This is similar to the first program, but this time using a function call. Using a special instruction to create the jump, some wrapper to get the functions parameters from the x86 world to use on the ARM world, and the custom ELF loader to link to wrapper functions instead of x86 function, the 2nd test was, soon enough, printing the “hello world” too!

More tests, more functions, more instructions!

The Proof Of Concept stage was over, and it was time to expand Box86 with more tests, more wrapped functions and more x86 instructions. Remember my initial objective was to use gl4es, so the objective I set this time was to run “sdlgears”. It’s akin to the famous glxgears, using SDL instead of OpenGL. It’s more useful to target SDL (used in numerous commercial games, and similar to SDL2 used in even more games) than to use GLUT.

So I started working on all required functions. I needed to add floating point support, meaning x87 emulation. That one is a bit of an odd co-processor, It is now included in all x86 CPUs, but there was a time (back in pre-pentium days) when it was an optional, isolated co-processor. What is special about x87 is its use of a virtual stack. On x86 (or ARM or PPC), main registers have a name (like EAX or R0) and let you access register in mostly any way you want. On x87 you have 8 registers of 80bits, but you don’t access them directly, instead, you use a stack.

So at first the stack is empty, and when you load a value, you push it to the stack. Let’s say you want to add two doubles that are somewhere in memory, and store that sum somewhere else. You will load the 1st value, then the second. Your stack will be of 2 elements. Then you add both value using a single instruction that adds the top of stack value with the second of stack value, pop stack and store the result in current top. Then you use another instruction to store the top of the stack, and pop the other elements (the stack is now empty).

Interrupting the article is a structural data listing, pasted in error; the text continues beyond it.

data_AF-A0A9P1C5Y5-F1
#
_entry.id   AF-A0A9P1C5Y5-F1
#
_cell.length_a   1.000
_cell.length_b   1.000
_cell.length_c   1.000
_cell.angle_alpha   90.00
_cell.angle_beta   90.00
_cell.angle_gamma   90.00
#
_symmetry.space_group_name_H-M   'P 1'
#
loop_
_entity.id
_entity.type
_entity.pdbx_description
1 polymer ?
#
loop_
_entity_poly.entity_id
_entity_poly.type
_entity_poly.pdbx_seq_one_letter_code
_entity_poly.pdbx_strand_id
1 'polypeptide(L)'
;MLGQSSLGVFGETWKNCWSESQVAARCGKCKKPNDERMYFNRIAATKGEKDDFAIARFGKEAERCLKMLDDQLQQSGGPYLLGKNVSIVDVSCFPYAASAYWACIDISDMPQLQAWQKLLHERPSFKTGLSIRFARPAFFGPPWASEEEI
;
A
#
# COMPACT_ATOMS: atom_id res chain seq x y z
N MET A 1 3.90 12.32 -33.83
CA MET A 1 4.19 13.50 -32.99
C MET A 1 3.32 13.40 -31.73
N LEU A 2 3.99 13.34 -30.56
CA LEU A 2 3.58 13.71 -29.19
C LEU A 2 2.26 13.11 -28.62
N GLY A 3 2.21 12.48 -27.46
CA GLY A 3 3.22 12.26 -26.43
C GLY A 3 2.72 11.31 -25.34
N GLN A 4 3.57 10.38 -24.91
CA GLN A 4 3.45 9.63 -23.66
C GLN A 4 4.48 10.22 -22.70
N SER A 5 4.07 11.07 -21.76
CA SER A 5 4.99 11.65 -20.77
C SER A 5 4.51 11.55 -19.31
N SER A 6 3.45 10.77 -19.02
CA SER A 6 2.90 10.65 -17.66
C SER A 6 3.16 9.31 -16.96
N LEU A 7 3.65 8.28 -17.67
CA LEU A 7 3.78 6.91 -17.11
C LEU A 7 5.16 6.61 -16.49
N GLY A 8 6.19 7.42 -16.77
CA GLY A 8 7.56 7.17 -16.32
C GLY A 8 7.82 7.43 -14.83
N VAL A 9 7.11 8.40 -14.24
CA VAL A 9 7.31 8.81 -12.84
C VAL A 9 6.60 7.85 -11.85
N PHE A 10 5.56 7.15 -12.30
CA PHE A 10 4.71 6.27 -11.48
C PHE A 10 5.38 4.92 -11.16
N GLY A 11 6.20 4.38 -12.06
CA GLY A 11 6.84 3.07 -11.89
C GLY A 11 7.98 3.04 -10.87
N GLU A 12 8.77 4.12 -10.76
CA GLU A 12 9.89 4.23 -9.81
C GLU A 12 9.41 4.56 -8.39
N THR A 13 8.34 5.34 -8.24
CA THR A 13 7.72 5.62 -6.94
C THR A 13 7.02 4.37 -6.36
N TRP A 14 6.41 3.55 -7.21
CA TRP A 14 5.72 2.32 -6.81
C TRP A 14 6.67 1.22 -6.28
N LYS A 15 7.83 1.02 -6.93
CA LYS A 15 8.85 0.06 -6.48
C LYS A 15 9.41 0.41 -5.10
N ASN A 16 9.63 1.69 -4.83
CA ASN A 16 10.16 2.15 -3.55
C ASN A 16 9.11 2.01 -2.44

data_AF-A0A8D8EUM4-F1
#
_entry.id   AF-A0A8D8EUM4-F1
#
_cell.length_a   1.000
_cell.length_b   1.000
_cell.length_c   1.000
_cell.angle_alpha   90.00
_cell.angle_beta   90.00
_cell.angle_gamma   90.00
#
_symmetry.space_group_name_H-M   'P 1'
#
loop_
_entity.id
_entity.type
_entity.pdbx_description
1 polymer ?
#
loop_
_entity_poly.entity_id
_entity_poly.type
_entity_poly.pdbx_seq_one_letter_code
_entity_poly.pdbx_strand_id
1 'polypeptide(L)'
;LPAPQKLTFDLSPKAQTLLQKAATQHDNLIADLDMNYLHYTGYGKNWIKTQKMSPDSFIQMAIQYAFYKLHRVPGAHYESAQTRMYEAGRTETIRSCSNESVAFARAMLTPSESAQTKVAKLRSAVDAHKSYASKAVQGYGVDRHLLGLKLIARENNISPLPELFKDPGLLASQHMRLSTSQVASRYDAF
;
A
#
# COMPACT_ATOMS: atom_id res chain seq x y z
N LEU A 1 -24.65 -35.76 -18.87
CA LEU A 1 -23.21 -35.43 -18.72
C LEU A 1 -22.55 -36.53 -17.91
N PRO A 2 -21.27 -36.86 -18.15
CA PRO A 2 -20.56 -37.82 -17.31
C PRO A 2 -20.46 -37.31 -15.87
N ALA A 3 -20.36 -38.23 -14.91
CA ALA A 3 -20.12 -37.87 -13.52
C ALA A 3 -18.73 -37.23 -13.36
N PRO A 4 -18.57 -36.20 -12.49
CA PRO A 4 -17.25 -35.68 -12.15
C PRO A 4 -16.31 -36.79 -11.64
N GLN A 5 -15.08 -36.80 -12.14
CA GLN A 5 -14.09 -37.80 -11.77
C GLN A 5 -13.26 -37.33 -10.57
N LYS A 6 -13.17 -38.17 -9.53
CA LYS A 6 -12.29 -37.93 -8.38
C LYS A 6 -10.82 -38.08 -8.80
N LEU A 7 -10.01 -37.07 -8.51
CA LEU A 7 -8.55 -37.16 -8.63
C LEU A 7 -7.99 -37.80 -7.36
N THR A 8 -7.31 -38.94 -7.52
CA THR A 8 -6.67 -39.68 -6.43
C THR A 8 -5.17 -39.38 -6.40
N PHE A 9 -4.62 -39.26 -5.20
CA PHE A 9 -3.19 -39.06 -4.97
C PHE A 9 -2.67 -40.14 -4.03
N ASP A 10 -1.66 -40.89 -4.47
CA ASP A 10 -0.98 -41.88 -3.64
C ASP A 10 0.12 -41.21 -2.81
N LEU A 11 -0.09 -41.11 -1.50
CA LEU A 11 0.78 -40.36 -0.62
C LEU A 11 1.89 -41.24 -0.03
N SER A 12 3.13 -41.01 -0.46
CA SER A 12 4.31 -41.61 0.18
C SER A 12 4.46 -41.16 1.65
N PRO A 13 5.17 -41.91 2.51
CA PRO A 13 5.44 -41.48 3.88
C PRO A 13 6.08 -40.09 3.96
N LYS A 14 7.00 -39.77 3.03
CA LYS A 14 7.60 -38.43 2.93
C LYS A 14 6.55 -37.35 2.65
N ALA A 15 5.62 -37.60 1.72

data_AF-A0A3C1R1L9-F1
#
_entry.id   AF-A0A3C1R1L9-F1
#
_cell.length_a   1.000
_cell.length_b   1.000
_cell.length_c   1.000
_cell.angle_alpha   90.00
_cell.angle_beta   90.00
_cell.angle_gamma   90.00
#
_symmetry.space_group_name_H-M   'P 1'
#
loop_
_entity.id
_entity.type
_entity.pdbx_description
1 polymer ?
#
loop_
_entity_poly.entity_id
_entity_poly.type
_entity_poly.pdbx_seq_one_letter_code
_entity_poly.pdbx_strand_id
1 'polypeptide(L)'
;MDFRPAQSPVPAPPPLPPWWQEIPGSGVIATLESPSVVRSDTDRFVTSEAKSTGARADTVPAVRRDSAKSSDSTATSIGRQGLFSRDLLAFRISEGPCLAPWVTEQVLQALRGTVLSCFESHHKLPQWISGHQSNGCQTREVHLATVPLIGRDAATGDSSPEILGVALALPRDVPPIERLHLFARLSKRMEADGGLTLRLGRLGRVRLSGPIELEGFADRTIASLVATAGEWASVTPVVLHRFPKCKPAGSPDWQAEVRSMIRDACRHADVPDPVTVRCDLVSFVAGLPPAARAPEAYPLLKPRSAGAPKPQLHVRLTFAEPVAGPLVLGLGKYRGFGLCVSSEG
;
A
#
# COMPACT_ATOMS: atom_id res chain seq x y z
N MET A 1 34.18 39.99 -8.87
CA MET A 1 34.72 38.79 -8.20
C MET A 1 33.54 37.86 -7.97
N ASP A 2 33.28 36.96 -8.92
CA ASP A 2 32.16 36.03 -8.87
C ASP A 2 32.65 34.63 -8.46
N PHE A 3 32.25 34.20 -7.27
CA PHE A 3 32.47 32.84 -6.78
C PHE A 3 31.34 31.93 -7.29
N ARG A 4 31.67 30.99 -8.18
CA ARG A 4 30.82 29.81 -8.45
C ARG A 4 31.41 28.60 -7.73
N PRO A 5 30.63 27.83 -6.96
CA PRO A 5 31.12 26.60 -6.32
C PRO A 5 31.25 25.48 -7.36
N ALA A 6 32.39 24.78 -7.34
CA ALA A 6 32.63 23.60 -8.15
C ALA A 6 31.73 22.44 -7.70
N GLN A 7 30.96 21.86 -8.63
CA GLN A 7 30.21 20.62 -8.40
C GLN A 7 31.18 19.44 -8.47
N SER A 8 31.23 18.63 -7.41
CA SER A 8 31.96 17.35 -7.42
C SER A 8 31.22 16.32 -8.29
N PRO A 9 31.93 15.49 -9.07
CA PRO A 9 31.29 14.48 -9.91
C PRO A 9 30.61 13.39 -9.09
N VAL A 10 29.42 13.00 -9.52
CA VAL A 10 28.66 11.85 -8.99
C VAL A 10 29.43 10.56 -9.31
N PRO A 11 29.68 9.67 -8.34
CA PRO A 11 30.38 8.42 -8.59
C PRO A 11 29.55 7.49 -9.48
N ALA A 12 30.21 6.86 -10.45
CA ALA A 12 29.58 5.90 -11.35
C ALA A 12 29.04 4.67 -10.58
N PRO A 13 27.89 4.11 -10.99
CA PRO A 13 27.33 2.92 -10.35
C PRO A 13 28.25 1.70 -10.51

After having some of the x87 opcode in place, it was time to wrap the “printf” function. This is a function using a variable set of arguments, and it needed special care. After that, I had to add a few SDL functions, and OpenGL functions… And I was able to launch sdlgears.

That one was the first “real” program (not a specific test I came up with) to run using Box86.

Still need more functions

This done, I was thinking that all fundamental bricks were in place, and all I needed was simply to write more wrapped functions to get real games to run…

Most games use C++ nowadays. And C++ library (like “libstdc++”) cannot be wrapped like a C library (because the vtable needs to be altered), so I added support for emulated libs to be able to launch more games.

Of course this is when the real trouble started. First, I realized my custom ELF Loader was far too simplistic, and the various overloads occuring when loading a game and its libraries were not always correct (and still are not, it seems).

Then I realized there are more callbacks than I thought. Callbacks are functions that you pass as argument to functions. The issue here is that the functions are in native (so ARM) world and the Callback is from the program, so in a x86 setting. Sometimes, callbacks are not really explicit either.

Take SDLrwops. This is a structure of 4 callbacks used for file access. When you use SDL_LoadWAV(…) to load a wav file using it’s file name, you are, in fact creating an SDL_RWops using SDL_RWFromFile(…) and then call SDL_LoadWAV_RW(…). So I needed to develop a solid mechanism to support Callbacks. And something easy to use because callbacks are everywhere, and in numerous libs.

Along the addition of yet more functions, I stumbled upon more specific cases, like functions that have a structure in the parameters list instead of pointers, or functions returning a structure…

I’m not finished dealing with all special cases, but I get more and more applications to start and run. Check below…

World of Goo
Airline Tycoon

Debugging the beast

The previous screenshots looks nice, and it’s always nice to have a working program. But it’s not always the case.

Debugging Box86 can be tricky. There are many areas where things can go wrong: it can come from the ELFLoader, from some wrapping mechanism, from typo/error in wrapped functions or from bugs in the CPU Emulator. Finding the source of a bug is complicated!

Box86 doesn’t (yet?) include a debugger, but it can trace what it is currently executing, or what wrapped function are called.

Here a small sample of the trace Box86 can generate:

EAX=00000018 ECX=00000000 EDX=0000009a EBX=00000001 FLAGS=-CPA-S